What is Forest Bathing?

Sonia Thompson

At Splinter Creek, we talk a lot about our three lakes, trails, and 650 acres available for residents' recreation. Yes, you can paddle board, canoe, hike, fish, swim, and garden. And we're proud to offer those activities.

But we also offer something that is often overlooked in communities like ours – outdoor space for the simple pleasure of being outside.

“Taking time just to observe a tree, noticing the leaves, noticing the bark, touching the bark," Brooke Mellen of Cultured Forest says. "It all sounds very intuitive, but people don’t take time when they’re in nature to really stop and connect. It’s about more than just some activity that you’re doing outdoors."

Cultured Forest celebrates shinrin-yoku, a Japanese mindfulness practice in the outdoors that translates to “forest bathing” or taking in the forest atmosphere (photo courtesy Brooke Mellen).

Mellen's brainchild and startup, Cultured Forest, is dedicated to that very idea. A true connection with nature is the reason she founded the business and what she aims to help her clients achieve.

She does this through an activity known as forest bathing, which, despite the funny-sounding name, is simply a way of taking time to pay attention and be appreciative of the natural world.

Brooke Mellen, the founder of Cultured Forest (photo courtesy Brooke Mellen).

"The main thing I’m really trying to create is an experience in mindfulness," Mellen says. "Mindfulness is really being in the moment, being present, and training your mind to not focus so much on the past or the future but to be present."

Even though Mellen is based in New York City, she is currently offering virtual sessions, and also shared some easy ways to practice forest bathing at Splinter Creek or anywhere outdoors.

The trees at Splinter Creek are ready to breathe with you (photo by Elizabeth Keckler).

Mellen's Forest Bathing Tips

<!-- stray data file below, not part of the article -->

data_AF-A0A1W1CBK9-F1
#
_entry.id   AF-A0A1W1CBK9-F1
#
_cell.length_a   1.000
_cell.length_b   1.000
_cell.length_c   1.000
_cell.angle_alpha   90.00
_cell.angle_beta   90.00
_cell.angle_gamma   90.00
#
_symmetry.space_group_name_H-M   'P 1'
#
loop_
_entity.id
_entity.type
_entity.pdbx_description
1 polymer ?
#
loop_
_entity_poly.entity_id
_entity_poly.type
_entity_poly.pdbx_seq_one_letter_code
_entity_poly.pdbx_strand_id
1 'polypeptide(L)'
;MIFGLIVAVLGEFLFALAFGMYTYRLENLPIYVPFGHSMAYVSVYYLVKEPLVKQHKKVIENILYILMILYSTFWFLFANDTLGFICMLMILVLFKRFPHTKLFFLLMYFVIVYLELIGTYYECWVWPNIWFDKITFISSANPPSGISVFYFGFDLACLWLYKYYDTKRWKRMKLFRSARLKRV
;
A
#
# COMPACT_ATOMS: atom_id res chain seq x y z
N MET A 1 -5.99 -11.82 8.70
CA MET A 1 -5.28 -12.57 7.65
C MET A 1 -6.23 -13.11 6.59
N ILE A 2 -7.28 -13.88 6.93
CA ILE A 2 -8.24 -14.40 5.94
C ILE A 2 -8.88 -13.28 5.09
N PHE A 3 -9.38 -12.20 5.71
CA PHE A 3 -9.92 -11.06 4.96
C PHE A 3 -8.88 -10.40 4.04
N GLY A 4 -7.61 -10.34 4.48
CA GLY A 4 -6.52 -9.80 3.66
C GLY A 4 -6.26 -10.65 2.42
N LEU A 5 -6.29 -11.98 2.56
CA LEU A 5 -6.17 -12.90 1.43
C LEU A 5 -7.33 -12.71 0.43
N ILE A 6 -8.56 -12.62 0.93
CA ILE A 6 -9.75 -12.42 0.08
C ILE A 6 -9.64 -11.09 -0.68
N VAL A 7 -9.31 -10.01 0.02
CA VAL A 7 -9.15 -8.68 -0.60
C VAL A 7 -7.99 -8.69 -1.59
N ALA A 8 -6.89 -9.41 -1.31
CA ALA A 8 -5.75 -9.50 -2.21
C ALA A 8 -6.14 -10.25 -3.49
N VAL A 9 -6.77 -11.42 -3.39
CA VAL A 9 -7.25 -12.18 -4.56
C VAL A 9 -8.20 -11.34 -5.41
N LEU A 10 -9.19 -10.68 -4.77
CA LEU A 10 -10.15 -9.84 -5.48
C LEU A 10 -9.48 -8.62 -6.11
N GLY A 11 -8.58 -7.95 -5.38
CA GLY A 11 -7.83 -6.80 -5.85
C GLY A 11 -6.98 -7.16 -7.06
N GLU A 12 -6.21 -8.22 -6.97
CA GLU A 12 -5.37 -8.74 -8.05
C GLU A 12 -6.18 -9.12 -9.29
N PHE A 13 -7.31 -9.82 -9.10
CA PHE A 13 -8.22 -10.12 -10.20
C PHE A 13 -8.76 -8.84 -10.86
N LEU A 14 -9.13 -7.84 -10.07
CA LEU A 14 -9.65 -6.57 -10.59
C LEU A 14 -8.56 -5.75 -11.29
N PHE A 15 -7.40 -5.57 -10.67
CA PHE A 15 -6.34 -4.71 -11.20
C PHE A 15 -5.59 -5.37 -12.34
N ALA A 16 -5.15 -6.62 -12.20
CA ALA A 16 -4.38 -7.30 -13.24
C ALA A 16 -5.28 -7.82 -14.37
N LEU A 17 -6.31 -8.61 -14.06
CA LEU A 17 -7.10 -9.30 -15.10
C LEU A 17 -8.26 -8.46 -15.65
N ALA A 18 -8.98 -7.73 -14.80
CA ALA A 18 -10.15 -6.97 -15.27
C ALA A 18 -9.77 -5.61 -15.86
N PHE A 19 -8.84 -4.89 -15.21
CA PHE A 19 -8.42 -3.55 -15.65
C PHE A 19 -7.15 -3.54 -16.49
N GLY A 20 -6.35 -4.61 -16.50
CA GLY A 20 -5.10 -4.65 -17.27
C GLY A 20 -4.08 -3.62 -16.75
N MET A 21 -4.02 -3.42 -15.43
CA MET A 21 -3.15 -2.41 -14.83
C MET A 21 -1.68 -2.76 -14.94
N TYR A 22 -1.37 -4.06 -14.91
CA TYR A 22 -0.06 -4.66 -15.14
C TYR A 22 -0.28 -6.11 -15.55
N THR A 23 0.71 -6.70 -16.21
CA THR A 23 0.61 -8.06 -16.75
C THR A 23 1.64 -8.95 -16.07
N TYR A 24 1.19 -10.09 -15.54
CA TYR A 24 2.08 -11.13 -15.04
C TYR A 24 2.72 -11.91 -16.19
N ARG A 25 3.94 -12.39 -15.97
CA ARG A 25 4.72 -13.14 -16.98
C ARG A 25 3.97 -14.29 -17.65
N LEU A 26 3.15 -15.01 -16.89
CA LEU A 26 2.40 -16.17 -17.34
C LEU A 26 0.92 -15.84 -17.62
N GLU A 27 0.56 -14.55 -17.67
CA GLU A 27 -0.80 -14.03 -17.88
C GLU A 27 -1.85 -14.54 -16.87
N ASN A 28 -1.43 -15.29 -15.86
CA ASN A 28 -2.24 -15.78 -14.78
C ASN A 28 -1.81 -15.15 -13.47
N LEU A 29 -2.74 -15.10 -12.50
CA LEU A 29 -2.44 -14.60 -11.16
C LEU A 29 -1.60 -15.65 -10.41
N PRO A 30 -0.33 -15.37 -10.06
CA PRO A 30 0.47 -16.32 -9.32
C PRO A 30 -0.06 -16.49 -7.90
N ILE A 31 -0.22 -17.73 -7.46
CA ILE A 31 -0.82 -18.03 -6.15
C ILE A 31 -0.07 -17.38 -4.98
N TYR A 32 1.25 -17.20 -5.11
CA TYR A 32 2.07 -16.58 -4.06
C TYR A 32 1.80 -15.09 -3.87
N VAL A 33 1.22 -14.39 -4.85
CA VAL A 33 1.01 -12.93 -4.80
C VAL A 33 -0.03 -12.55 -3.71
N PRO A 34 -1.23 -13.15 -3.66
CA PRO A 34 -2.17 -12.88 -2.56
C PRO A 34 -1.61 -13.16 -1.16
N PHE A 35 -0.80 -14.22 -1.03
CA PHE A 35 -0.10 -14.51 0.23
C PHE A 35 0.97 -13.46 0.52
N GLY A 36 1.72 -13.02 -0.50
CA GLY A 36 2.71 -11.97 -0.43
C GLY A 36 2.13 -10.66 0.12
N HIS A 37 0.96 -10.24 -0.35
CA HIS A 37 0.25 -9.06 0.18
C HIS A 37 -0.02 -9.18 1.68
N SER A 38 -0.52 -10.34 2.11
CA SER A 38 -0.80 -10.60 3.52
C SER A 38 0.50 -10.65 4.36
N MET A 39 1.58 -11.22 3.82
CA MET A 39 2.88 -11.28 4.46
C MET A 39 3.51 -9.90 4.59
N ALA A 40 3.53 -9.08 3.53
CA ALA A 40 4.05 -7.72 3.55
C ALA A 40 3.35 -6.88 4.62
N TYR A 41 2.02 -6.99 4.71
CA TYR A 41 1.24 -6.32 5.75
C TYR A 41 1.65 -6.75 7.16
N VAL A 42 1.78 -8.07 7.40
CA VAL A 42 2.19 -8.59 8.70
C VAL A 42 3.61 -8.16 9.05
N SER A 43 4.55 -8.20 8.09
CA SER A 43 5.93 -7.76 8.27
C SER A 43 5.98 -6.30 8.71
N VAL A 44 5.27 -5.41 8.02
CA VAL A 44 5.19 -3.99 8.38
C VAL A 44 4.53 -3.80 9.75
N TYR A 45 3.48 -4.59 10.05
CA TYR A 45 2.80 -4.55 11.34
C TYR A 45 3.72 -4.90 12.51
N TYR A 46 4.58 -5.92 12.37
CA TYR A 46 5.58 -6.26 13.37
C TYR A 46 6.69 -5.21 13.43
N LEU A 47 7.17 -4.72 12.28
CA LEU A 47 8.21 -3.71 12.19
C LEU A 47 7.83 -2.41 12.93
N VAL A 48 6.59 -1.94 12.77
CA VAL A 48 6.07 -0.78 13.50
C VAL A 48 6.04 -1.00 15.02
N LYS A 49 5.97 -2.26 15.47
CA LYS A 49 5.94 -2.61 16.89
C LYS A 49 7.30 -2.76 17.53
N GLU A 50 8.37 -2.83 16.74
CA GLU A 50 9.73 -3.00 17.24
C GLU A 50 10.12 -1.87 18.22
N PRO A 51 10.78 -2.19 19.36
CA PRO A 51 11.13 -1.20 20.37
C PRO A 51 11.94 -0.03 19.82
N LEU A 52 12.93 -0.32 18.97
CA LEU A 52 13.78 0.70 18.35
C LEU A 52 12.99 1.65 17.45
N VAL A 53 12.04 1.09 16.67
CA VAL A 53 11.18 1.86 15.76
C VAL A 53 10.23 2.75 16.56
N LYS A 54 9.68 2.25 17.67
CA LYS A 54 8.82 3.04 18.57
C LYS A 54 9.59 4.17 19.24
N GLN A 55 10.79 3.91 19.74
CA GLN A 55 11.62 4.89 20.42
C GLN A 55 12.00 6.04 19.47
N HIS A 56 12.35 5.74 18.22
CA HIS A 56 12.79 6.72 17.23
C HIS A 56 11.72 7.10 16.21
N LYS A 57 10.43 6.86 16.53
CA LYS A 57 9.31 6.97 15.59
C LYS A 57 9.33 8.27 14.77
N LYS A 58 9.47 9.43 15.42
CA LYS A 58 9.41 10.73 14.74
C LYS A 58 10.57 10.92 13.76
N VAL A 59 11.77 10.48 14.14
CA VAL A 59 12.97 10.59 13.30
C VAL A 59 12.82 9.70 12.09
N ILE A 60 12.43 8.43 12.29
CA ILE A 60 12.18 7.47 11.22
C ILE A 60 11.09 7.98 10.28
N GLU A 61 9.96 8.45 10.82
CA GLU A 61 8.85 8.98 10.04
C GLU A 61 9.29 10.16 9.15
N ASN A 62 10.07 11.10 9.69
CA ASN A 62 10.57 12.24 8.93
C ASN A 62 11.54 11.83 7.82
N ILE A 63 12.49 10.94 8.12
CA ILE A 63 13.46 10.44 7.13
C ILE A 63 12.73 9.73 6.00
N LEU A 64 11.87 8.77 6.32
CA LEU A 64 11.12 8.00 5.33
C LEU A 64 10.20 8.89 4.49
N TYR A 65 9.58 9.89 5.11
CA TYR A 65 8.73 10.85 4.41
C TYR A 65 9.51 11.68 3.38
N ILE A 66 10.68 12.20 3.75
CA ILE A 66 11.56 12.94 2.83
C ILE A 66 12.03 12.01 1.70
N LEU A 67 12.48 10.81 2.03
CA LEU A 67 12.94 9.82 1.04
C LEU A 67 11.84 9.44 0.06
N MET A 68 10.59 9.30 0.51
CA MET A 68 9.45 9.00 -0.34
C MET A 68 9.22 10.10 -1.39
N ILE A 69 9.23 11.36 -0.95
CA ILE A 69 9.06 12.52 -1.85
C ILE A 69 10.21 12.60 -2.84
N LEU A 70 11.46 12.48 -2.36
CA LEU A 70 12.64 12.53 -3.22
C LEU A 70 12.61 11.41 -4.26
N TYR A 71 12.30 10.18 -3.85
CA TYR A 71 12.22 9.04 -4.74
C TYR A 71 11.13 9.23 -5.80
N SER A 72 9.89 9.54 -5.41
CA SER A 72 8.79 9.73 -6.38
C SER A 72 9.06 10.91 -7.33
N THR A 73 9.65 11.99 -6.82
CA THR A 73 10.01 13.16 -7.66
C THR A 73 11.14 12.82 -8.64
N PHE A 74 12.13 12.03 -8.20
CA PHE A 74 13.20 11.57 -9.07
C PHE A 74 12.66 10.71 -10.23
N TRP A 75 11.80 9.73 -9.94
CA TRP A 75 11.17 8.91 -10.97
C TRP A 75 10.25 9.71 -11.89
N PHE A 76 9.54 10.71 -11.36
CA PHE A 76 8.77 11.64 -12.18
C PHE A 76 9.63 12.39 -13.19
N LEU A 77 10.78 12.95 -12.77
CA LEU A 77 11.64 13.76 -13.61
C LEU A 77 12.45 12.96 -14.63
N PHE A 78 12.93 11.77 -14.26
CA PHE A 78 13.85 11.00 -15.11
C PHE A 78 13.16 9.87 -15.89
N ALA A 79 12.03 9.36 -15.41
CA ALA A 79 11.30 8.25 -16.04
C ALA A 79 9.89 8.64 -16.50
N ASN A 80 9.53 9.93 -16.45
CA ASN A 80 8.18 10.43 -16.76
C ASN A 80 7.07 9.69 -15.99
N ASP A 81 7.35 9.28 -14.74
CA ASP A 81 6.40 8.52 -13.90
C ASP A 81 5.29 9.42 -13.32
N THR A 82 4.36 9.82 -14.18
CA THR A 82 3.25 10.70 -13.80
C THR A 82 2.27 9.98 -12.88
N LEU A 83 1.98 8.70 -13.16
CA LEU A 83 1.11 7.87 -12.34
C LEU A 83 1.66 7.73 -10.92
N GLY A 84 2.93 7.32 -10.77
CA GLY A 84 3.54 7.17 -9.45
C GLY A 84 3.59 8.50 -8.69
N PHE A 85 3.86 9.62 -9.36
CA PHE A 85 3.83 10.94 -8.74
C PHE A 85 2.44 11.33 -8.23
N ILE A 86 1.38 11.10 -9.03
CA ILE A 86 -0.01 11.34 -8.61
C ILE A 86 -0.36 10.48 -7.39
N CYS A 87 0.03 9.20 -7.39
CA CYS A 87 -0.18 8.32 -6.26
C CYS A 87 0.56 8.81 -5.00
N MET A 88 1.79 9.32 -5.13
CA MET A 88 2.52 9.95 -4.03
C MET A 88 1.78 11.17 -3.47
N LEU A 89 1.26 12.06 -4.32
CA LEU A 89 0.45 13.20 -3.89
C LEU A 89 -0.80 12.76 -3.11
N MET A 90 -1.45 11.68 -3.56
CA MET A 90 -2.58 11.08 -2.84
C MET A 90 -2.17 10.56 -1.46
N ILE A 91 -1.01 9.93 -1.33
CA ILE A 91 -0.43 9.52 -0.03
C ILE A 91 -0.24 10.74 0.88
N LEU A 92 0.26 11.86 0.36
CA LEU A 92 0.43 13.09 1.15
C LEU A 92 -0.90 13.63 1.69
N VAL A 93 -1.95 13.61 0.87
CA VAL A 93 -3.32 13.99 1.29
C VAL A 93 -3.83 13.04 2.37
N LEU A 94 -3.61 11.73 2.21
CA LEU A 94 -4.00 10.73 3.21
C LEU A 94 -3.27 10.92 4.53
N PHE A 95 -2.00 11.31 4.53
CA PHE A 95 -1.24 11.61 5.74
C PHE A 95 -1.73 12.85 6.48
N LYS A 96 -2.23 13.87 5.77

1. Get Grounded
"Start off with a short meditation, some breathing exercises," Mellen says. "I have clients try something called yoga nidra, where are you just noticing your body. Starting with the feet, all the way to the top of the head, just notice that. Then notice your senses. What are you smelling, what are you hearing? Start getting out of your mind and into your surroundings."

2. Breathe With a Tree
"Breathing with a tree is where you find a tree and you think about how, with your out-breath, you are creating carbon dioxide, which the tree needs to survive," Mellen says. "And the tree then produces oxygen, which we need to survive. We have this symbiotic relationship. I tell people to find a tree and take 10 deep breaths while thinking about that exchange of air."

3. Try Transferring
"If you’re out hiking by water, find a rock," Mellen says. "Pick up that rock and think of something that’s kind of weighing on you or stressing you out. Then imagine giving that to the rock. Throw the rock in the water as a way of letting go of something that is hard for you to hold at the moment."

When you live at Splinter Creek, nature is truly at your doorstep (photo by Elizabeth Keckler).

Overall, Mellen says don't overthink it. Just get outside and revel in the world around you.

"When I hike with friends, we’re talking about everything in life, and that’s great, but we forget to talk about this beautiful tree, flower or whatever we see in front of us," Mellen says. "I try to train friends to notice, 'it’s not about just getting to the waterfall, it’s about the journey,' which is kind of life, too. We forget to enjoy the journey."

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